Someplace to Be Flying [Secure eReader]
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eBook by Charles de Lint
eBook Category: Fantasy
Someplace to Be Flying is set in Newford and environs, and is steeped in corvid (crow family) mythology--a Trickster tale involving Raven and Coyote, and a flock of punky "crow girls" on modern city streets, detailing the effect of their presence on a group of ordinary people. While some of the characters previously introduced in the short stories "Heartfires," "Crow Girls" and "Twa Corbies" make return appearances, most of the cast is new.
"In many hands, the urban fantasy plot involving strange beings just around the corner fails dismally. It does not in the hands of the reliable, the inimitable de Lint. Photojournalist Lily hears rumors of "animal people" living in the slums and goes in search of the truth. That truth is an underground community of the First People (i.e., American Indians)--the trickster, the storyteller, and others. None of them are absolutely human any more (were they ever?), and although some have specific goals, others are just into mischief for the fun of it. Lily is quickly drawn into their various quests, with results as page-turning and intelligent as usual for de Lint, who clearly has no equal as an urban fantasist and very few equals among fantasists as a folklorist. First-rate."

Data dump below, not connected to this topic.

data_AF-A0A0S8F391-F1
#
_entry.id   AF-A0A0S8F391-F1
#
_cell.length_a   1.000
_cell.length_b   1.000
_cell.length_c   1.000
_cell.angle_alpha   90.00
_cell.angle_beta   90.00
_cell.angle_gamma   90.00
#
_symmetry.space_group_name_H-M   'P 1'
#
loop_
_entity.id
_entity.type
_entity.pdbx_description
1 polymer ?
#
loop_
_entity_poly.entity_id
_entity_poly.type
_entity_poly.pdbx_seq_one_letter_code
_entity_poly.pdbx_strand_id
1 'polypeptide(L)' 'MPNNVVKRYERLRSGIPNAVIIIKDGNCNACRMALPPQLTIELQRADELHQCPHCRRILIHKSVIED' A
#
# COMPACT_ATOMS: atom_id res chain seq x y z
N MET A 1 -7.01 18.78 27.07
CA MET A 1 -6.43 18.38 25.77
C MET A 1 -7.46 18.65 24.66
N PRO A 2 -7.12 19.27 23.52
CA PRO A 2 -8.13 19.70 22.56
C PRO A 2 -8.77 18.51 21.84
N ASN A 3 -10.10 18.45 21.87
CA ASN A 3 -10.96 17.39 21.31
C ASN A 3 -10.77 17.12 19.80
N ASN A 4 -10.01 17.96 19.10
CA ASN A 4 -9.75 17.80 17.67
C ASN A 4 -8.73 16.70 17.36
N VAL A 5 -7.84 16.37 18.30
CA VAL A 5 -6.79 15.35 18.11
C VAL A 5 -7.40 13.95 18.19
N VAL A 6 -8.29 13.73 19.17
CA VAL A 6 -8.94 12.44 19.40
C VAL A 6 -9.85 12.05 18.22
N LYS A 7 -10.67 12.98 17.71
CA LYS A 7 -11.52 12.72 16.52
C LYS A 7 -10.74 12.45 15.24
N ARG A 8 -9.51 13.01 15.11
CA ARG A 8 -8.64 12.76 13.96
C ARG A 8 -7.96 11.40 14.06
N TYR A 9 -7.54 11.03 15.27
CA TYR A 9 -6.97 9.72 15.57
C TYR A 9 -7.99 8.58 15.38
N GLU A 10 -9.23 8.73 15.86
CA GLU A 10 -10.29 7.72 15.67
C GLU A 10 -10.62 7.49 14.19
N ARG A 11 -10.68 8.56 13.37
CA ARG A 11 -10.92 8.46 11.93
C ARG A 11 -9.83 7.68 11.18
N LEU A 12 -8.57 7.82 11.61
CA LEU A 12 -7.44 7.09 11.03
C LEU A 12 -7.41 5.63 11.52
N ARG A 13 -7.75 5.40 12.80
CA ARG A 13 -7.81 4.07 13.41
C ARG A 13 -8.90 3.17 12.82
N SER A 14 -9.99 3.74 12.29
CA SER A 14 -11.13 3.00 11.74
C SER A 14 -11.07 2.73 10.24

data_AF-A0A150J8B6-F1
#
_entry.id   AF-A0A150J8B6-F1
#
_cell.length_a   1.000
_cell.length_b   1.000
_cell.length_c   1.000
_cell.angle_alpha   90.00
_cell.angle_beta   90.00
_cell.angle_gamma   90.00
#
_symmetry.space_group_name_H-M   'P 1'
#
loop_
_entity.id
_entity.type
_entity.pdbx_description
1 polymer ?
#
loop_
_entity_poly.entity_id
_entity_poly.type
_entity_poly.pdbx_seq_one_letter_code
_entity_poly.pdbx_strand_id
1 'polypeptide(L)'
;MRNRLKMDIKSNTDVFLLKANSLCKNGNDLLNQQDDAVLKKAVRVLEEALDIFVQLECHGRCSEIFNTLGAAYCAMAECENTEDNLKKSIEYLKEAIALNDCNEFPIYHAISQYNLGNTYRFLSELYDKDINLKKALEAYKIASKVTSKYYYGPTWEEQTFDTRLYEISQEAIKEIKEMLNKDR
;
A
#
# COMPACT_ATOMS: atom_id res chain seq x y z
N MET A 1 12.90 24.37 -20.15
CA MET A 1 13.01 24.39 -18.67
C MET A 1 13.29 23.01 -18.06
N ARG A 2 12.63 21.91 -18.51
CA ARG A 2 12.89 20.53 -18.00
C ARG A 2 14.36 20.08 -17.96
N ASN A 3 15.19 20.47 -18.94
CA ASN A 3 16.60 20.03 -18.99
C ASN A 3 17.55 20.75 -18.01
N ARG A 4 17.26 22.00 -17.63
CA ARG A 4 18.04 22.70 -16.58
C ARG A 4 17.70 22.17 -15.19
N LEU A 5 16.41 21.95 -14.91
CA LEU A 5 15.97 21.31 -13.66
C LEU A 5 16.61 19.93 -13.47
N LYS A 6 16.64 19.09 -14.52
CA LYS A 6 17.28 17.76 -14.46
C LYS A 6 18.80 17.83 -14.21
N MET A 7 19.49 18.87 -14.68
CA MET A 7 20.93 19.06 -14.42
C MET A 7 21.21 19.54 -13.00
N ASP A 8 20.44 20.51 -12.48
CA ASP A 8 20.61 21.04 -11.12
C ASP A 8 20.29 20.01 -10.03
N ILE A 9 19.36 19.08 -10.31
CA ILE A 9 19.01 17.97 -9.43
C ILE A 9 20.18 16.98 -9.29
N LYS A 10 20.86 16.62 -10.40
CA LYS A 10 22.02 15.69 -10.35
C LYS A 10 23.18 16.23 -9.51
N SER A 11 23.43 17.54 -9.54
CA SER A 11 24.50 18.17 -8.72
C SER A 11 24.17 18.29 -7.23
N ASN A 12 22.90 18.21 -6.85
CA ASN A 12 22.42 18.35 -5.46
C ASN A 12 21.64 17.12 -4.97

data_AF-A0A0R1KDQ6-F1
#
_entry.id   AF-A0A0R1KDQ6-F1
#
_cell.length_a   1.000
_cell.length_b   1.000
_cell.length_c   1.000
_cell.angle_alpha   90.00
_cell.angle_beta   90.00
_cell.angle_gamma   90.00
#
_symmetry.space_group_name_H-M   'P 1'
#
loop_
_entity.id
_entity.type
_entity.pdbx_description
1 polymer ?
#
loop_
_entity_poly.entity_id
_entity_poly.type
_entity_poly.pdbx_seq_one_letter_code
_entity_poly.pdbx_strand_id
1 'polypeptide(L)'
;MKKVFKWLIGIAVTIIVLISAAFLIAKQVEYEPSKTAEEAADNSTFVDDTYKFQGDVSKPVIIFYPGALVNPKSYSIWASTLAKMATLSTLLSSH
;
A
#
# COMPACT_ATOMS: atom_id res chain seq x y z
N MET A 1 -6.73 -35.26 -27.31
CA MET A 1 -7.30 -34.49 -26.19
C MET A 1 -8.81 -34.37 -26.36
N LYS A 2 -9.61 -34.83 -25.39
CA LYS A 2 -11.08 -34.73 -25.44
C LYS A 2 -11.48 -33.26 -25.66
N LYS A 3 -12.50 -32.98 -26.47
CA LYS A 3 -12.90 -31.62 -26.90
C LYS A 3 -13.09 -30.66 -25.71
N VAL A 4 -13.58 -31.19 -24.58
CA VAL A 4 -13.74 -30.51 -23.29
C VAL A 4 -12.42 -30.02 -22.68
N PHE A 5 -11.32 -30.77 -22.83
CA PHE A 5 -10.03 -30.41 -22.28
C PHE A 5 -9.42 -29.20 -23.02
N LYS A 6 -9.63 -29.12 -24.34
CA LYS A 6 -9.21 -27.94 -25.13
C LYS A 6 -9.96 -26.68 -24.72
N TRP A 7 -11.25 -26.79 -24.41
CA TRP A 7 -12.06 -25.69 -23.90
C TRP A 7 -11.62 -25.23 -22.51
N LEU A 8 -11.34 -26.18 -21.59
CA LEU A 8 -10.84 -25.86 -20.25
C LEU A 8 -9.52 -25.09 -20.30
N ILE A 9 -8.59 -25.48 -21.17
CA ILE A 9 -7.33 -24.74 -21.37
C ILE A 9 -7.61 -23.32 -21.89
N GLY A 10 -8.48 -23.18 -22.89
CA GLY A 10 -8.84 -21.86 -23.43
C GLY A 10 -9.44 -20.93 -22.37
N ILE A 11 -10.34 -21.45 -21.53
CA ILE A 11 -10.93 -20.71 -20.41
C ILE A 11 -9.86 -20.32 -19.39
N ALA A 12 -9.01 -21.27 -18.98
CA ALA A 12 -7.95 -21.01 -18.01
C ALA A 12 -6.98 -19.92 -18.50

"[D]elightful complexities... an enthralling blend of old European and Native American mythology, seamlessly worked into a modern setting and situation. De Lint’s best so far."